Getting a sense of pit’s history
I AM sure that, as Mr Isaacson writes, the pit was dug in the 1940s to get clay for repairing the river banks and some local people can remember when it was a grass meadow (Letters, June 14, 2007). But this is not the whole history of Roswell Pits. In
I AM sure that, as Mr Isaacson writes, "the pit was dug in the 1940s to get clay for repairing the river banks and some local people can remember when it was a grass meadow" (Letters, June 14, 2007).
But this is not the whole history of Roswell Pits. In the 1850s, the Rev O Fisher, a fellow of the Geological Society, referred to its venerable use as a quarry to "make up the banks in the fens". An earlier mention in the Fen Office documents of a sluice gate at "Rossall" in 1659, and of a reference to removal of earth in 1698, for instance, suggests that the pits were already being used as a quarry, and that there had been a need for a sluice, for some years before. Indeed, medieval references to Ely Lode seem to imply that Roswell might have been used as a quarry far earlier still.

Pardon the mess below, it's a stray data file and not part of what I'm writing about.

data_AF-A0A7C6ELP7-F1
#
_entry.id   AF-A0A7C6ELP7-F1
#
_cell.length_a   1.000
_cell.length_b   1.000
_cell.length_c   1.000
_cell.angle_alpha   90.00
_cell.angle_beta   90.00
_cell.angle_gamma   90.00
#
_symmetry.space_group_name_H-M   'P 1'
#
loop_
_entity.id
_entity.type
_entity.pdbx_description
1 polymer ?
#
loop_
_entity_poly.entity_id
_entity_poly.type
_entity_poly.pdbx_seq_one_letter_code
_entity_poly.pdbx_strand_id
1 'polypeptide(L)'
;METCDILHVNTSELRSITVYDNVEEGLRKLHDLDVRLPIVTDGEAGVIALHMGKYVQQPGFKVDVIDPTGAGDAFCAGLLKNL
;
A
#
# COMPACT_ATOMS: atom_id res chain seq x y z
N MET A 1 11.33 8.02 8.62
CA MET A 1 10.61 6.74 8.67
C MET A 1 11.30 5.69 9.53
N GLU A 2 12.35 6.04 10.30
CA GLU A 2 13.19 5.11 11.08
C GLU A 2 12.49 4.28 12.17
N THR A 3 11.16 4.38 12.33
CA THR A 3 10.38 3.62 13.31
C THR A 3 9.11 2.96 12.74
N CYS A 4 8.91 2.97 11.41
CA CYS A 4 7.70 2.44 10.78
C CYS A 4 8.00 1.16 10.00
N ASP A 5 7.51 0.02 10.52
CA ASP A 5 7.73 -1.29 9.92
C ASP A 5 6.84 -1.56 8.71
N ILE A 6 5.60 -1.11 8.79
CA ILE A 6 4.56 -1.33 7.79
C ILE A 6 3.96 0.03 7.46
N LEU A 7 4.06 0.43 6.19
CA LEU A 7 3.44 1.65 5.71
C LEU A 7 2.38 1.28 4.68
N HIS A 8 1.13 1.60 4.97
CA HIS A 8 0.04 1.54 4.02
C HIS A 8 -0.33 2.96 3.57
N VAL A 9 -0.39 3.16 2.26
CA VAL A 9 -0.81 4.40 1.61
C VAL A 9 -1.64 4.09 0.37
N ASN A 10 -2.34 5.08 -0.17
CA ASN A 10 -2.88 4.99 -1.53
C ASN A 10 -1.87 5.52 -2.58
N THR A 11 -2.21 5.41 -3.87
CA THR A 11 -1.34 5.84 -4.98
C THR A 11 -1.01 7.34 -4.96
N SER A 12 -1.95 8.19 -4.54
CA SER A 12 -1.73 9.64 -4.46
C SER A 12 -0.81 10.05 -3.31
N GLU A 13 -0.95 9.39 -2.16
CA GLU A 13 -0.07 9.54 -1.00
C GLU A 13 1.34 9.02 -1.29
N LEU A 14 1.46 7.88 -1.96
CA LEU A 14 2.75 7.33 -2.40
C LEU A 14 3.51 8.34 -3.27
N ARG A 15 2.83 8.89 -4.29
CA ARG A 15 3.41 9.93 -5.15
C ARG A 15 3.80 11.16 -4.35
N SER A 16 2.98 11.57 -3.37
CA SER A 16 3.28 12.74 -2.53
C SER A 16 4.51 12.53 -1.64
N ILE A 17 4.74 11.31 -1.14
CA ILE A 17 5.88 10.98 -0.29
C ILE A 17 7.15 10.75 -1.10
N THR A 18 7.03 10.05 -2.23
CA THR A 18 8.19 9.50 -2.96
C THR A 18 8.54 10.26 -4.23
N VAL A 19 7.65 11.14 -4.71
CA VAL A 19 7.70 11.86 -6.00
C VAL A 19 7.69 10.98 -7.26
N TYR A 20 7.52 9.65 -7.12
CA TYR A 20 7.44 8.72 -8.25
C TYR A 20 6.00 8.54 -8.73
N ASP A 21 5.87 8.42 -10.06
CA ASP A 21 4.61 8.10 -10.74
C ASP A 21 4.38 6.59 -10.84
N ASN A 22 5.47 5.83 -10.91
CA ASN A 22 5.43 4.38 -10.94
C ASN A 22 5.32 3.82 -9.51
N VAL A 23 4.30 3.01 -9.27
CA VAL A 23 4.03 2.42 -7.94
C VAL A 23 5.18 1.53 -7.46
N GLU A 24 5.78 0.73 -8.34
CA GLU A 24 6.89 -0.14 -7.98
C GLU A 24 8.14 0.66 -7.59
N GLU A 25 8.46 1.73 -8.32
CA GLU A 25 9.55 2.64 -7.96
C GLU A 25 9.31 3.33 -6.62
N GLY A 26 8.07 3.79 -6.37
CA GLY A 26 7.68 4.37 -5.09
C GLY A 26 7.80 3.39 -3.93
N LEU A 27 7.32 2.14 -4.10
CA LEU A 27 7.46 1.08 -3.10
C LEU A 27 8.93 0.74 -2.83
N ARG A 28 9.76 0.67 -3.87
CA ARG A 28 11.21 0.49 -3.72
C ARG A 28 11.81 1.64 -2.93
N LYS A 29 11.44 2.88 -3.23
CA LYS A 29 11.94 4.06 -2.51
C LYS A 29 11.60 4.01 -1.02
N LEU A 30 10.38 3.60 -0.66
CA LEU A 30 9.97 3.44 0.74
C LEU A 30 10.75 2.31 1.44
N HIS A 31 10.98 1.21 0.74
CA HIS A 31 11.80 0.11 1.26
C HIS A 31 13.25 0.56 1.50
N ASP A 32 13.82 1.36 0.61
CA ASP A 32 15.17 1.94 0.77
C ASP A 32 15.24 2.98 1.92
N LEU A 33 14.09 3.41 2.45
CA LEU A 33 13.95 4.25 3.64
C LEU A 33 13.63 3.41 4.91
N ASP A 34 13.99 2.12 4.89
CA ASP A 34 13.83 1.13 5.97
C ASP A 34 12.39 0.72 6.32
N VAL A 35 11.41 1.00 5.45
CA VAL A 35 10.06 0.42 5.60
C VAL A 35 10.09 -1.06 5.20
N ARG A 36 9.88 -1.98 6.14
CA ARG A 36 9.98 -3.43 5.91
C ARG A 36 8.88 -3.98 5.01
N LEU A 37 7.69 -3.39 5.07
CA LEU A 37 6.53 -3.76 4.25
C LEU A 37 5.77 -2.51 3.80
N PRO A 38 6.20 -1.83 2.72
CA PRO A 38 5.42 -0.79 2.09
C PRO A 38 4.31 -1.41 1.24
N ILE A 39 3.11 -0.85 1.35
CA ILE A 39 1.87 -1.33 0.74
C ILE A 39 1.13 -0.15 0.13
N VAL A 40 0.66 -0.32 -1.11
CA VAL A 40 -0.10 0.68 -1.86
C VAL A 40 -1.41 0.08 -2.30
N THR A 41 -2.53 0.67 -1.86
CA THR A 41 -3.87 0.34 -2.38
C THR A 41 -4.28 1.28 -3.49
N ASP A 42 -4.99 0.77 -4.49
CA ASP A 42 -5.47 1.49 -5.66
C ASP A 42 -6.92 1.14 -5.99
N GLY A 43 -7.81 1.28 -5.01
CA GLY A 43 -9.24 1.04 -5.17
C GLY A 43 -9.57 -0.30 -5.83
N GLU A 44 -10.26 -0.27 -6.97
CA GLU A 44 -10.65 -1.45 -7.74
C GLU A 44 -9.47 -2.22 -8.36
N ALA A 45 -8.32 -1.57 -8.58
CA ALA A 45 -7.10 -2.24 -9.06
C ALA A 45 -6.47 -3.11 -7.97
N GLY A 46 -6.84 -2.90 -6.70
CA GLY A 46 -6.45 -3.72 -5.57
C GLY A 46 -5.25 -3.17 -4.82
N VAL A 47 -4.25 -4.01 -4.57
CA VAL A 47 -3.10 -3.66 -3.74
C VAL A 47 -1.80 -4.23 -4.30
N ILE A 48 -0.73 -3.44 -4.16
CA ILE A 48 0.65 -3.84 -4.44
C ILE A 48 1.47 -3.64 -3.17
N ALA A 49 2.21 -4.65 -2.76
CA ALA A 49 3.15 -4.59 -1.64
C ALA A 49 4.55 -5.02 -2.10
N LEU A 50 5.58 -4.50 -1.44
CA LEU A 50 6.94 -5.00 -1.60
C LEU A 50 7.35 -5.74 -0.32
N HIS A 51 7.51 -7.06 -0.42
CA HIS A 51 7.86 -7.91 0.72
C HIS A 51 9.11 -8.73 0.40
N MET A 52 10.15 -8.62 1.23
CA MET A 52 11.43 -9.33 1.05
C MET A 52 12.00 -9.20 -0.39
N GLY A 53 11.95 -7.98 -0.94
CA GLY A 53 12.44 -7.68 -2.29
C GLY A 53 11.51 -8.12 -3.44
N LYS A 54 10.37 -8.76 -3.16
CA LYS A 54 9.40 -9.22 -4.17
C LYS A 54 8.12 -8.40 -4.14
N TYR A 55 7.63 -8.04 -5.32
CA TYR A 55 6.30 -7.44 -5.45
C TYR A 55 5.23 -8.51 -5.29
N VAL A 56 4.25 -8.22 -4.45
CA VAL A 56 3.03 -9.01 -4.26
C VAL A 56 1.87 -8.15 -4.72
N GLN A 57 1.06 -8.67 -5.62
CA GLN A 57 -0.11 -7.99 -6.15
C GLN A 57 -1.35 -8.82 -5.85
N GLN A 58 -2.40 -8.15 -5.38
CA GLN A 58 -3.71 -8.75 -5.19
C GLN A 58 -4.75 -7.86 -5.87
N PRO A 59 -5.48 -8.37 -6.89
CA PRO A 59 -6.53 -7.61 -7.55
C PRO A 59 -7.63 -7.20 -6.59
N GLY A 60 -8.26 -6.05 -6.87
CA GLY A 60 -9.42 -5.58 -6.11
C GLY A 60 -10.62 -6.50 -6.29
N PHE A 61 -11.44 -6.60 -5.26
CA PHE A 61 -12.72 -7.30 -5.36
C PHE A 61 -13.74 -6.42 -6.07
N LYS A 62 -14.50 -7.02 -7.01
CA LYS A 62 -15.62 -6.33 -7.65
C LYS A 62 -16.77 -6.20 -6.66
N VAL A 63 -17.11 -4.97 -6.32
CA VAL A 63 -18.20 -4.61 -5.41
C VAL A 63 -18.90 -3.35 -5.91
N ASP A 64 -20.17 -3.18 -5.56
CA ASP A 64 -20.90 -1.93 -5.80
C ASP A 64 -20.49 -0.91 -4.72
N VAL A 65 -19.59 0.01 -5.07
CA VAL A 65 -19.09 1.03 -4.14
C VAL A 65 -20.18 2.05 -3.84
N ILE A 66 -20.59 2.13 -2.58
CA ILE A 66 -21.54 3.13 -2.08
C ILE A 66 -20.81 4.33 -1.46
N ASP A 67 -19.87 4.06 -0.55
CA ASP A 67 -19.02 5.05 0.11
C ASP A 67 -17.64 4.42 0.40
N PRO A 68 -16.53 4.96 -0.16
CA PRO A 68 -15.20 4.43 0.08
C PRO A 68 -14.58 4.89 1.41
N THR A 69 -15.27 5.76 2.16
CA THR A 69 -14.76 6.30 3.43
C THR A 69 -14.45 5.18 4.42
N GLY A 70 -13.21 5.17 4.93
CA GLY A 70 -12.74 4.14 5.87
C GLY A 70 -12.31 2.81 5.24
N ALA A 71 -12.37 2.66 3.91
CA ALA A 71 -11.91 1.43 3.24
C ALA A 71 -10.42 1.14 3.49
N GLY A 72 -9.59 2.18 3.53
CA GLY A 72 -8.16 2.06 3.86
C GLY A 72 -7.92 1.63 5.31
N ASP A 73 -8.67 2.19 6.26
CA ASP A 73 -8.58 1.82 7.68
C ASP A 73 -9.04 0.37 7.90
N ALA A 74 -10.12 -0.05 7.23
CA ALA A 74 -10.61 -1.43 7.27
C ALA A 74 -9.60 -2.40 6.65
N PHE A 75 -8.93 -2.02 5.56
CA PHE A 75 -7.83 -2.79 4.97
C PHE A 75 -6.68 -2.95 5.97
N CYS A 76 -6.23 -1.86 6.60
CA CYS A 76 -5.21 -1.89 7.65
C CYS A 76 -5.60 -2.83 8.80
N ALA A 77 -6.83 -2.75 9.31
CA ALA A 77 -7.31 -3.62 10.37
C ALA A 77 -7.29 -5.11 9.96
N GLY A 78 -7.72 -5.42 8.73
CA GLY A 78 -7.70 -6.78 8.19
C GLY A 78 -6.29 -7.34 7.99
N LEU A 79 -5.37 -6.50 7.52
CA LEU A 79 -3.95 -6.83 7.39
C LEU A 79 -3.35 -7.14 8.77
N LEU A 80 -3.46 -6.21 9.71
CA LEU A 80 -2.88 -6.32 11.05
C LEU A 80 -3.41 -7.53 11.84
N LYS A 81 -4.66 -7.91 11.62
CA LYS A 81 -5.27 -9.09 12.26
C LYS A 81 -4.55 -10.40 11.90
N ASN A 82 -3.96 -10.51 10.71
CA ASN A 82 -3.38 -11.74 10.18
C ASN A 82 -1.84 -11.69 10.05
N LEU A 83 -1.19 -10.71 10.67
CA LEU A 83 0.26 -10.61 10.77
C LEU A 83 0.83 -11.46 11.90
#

It is a central principle of conservation we should understand the historic uses, and names, of sites when considering their future. We must all try to avoid filtering our history to make it support our present preferences. The Roswell Pits have been around a little longer than the 1940s.
Bishop Wynn Close
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